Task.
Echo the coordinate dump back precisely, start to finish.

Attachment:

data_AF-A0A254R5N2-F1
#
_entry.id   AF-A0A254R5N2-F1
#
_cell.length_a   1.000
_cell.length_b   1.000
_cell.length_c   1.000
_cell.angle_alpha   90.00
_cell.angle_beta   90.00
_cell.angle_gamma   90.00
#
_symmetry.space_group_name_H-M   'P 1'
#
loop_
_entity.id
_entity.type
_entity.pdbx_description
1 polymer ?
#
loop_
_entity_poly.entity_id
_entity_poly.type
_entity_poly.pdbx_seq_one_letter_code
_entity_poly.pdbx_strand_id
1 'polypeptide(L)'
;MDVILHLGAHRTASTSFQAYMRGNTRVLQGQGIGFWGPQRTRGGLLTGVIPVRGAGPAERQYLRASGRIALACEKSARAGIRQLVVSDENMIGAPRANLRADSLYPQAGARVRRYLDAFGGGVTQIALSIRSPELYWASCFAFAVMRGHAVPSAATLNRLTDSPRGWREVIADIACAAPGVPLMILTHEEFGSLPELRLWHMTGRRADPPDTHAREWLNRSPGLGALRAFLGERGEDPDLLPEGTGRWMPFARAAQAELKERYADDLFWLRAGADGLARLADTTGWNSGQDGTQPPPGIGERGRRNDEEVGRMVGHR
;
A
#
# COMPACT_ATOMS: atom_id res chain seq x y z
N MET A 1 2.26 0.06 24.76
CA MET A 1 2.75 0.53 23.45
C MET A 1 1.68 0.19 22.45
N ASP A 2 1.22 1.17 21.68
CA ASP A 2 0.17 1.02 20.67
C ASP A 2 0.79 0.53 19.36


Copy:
data_AF-A0A254R5N2-F1
#
_entry.id   AF-A0A254R5N2-F1
#
_cell.length_a   1.000
_cell.length_b   1.000
_cell.length_c   1.000
_cell.angle_alpha   90.00
_cell.angle_beta   90.00
_cell.angle_gamma   90.00
#
_symmetry.space_group_name_H-M   'P 1'
#
loop_
_entity.id
_entity.type
_entity.pdbx_description
1 polymer ?
#
loop_
_entity_poly.entity_id
_entity_poly.type
_entity_poly.pdbx_seq_one_letter_code
_entity_poly.pdbx_strand_id
1 'polypeptide(L)'
;MDVILHLGAHRTASTSFQAYMRGNTRVLQGQGIGFWGPQRTRGGLLTGVIPVRGAGPAERQYLRASGRIALACEKSARAGIRQLVVSDENMIGAPRANLRADSLYPQAGARVRRYLDAFGGGVTQIALSIRSPELYWASCFAFAVMRGHAVPSAATLNRLTDSPRGWREVIADIACAAPGVPLMILTHEEFGSLPELRLWHMTGRRADPPDTHAREWLNRSPGLGALRAFLGERGEDPDLLPEGTGRWMPFARAAQAELKERYADDLFWLRAGADGLARLADTTGWNSGQDGTQPPPGIGERGRRNDEEVGRMVGHR
;
A
#
# COMPACT_ATOMS: atom_id res chain seq x y z
N MET A 1 2.26 0.06 24.76
CA MET A 1 2.75 0.53 23.45
C MET A 1 1.68 0.19 22.45
N ASP A 2 1.22 1.17 21.68
CA ASP A 2 0.17 1.02 20.67
C ASP A 2 0.79 0.53 19.36